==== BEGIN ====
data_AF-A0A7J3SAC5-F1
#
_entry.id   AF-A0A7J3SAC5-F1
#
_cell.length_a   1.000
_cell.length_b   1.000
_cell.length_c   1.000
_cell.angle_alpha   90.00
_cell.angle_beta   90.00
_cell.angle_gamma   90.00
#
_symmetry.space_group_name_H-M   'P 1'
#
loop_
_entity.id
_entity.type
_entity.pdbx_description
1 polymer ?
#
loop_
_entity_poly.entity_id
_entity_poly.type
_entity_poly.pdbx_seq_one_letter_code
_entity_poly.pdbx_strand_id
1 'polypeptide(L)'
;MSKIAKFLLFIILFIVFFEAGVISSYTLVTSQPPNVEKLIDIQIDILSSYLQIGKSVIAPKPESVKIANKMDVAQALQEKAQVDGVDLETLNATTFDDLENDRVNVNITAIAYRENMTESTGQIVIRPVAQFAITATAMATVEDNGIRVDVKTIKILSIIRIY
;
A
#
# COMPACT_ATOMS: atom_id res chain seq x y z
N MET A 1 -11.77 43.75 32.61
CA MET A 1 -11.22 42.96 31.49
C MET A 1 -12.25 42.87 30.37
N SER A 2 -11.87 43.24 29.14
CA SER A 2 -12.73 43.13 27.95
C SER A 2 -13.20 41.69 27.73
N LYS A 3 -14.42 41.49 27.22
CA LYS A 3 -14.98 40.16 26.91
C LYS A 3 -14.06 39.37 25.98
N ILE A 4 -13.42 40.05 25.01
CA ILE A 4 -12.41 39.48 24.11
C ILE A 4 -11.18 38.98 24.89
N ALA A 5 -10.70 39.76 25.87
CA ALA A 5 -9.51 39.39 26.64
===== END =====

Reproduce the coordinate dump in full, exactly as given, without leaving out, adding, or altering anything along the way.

data_AF-A0A7J3SAC5-F1
#
_entry.id   AF-A0A7J3SAC5-F1
#
_cell.length_a   1.000
_cell.length_b   1.000
_cell.length_c   1.000
_cell.angle_alpha   90.00
_cell.angle_beta   90.00
_cell.angle_gamma   90.00
#
_symmetry.space_group_name_H-M   'P 1'
#
loop_
_entity.id
_entity.type
_entity.pdbx_description
1 polymer ?
#
loop_
_entity_poly.entity_id
_entity_poly.type
_entity_poly.pdbx_seq_one_letter_code
_entity_poly.pdbx_strand_id
1 'polypeptide(L)'
;MSKIAKFLLFIILFIVFFEAGVISSYTLVTSQPPNVEKLIDIQIDILSSYLQIGKSVIAPKPESVKIANKMDVAQALQEKAQVDGVDLETLNATTFDDLENDRVNVNITAIAYRENMTESTGQIVIRPVAQFAITATAMATVEDNGIRVDVKTIKILSIIRIY
;
A
#
# COMPACT_ATOMS: atom_id res chain seq x y z
N MET A 1 -11.77 43.75 32.61
CA MET A 1 -11.22 42.96 31.49
C MET A 1 -12.25 42.87 30.37
N SER A 2 -11.87 43.24 29.14
CA SER A 2 -12.73 43.13 27.95
C SER A 2 -13.20 41.69 27.73
N LYS A 3 -14.42 41.49 27.22
CA LYS A 3 -14.98 40.16 26.91
C LYS A 3 -14.06 39.37 25.98
N ILE A 4 -13.42 40.05 25.01
CA ILE A 4 -12.41 39.48 24.11
C ILE A 4 -11.18 38.98 24.89
N ALA A 5 -10.70 39.76 25.87
CA ALA A 5 -9.51 39.39 26.64